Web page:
When I grow up, I want to have a throwing wheel in my house. When I throw, all my problems seem to go away. I get in this zone where the only thing that matters is the creation I am making literally out of mud. I am playing “God” in a sense, but I do not find joy in the result; I find joy in the process.
I would regard myself as a contemporary artist in that the process is just as (if not sometimes more) important as the result. It is one of the few areas in life where the end goal is not an accolade of some sort. Yes, there are contests and prizes for contemporary pieces like any other form of art, but the true artist does not find their value in that.
Is God a contemporary artist? At first I am tempted to say no. He physically made us very quickly. We are man, and our physical figures were formed at conception. “So God created man in his own image, in the image of God he created him; male and female he created them…God saw all that he had made and it was very good” (Genesis 1:27, 31a.) Based on this passage, God had created, and he was content with his creations.
Upon more thought, I think that God is a sneaky contemporary artist. God enjoys and loves his physical creations, but that is not the limit of his work. (Side note: I love how we try to limit God but he is like “no thanks. I am going to do my thing.” But that story is for another day.) His work is done at the end of time and his children enter his kingdom; until that day, he constantly molds us and shapes us. I am a work in progress and you are a work in progress–a work that God so delicately touches in order to bring you closer to him. He works through the unexpected ways, but he loves to work through his children–his other creations.
I am reminded of the artist Sol LeWitt. LeWitt writes blueprints for massive installations but rarely touches a wet drop of paint or the cold surface of a pencil. He often would not even step in the gallery until the work was deemed finished by curators. God laid the blueprint of our lives through creating a unique body and placing us each in a specific family to form our lives, but that is only the beginning. We flourish as we grow with age; we flourish as we let God mold us and shape us into what he intends us to be.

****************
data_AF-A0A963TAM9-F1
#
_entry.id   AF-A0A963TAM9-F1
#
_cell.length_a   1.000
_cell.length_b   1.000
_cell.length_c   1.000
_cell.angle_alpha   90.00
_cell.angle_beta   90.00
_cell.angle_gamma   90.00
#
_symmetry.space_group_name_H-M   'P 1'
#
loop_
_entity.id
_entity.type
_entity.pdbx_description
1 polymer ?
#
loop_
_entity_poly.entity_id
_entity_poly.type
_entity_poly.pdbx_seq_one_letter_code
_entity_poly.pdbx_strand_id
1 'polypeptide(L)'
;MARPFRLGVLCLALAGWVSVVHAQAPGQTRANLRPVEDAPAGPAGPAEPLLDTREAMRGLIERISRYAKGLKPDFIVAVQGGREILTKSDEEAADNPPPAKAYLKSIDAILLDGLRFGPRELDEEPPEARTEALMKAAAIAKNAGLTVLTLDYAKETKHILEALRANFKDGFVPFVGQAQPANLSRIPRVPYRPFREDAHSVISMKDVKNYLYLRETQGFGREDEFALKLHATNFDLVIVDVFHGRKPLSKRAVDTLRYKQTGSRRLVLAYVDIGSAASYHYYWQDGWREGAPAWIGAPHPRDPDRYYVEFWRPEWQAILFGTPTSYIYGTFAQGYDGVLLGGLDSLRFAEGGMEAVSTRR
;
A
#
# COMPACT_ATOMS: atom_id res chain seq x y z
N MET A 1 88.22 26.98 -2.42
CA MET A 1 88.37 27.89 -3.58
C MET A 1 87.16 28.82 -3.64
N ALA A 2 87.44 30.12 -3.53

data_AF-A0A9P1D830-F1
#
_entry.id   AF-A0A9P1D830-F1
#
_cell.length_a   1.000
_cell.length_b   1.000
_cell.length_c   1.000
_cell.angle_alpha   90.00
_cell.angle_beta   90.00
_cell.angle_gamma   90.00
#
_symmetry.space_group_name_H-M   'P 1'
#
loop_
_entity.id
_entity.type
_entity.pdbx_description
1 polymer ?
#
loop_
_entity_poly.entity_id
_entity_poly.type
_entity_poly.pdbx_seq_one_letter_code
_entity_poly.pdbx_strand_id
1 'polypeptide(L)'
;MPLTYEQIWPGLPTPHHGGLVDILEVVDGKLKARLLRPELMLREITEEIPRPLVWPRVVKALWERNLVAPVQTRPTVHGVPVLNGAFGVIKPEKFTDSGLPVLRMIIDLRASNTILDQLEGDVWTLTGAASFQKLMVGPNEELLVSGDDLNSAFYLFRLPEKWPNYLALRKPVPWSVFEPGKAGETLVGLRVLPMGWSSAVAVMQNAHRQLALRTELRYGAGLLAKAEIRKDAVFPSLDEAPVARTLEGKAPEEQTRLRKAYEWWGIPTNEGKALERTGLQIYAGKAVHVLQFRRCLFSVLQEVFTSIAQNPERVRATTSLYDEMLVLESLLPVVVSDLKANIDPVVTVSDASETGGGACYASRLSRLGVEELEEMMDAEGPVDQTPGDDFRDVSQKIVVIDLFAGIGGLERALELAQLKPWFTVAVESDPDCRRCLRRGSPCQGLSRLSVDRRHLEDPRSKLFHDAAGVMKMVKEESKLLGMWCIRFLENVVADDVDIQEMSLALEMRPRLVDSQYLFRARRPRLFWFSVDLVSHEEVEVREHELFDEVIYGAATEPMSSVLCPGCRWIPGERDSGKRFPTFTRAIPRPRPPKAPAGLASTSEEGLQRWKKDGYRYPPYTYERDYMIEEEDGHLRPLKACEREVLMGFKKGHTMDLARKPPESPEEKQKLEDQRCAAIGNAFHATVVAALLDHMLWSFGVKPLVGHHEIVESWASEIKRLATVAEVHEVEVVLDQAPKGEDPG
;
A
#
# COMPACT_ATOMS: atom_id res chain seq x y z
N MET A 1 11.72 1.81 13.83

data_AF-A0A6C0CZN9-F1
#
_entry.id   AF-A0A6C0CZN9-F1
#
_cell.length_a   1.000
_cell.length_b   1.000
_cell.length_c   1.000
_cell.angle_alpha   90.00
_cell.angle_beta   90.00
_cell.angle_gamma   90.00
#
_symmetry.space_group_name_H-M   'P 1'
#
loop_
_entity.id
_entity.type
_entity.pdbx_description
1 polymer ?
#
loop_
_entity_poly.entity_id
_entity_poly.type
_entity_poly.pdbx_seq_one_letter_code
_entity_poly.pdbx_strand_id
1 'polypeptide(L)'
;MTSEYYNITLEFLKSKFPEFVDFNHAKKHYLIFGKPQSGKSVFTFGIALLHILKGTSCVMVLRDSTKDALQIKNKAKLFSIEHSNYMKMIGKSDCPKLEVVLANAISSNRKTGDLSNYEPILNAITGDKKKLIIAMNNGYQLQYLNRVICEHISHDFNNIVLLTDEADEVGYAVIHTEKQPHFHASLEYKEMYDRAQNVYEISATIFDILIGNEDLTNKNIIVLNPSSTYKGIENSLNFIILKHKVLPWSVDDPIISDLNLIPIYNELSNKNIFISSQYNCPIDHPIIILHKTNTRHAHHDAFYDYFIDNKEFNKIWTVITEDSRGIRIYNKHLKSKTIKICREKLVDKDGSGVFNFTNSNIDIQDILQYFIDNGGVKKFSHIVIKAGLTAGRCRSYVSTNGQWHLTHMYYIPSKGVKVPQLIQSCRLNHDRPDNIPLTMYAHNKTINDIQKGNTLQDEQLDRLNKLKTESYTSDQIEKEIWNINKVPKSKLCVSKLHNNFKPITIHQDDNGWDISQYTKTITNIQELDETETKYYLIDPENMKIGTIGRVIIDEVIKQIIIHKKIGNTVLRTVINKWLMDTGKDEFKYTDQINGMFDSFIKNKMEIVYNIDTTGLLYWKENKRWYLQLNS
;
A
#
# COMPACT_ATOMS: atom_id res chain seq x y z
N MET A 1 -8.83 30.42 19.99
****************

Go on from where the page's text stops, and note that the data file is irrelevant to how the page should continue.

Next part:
The obvious verse Isaiah 64:8 comes to mind: “You Lord are our Father. We are the clay, you are the potter; we are all the work of your hand.” Without allowing God to mold and shape us, we are just a lump of dry dirt sitting ing bags or out in nature just living. As we are thrown on the wheel, we are dramatically changed. Water is constantly being added to make us more maleable, and excess clay that takes away from the overall piece or weighs down a particular part of the piece is scraped off. We are constantly spinning but at changing rates depending on the level of detail and force that must be applied.
If I have children some day, I want them to be intimate with this process. I would love for them to see the obvious metaphor of allowing God to be their potter. I want them to actively participate in the sacred process of creation. I want them to personally know how difficult some blocks of clay are and how to work through those, only applying perseverance just the right amount of force. I want them to know when to barely touch the clay and when to just let it be.
When I grow up, I want to have a throwing wheel in my house.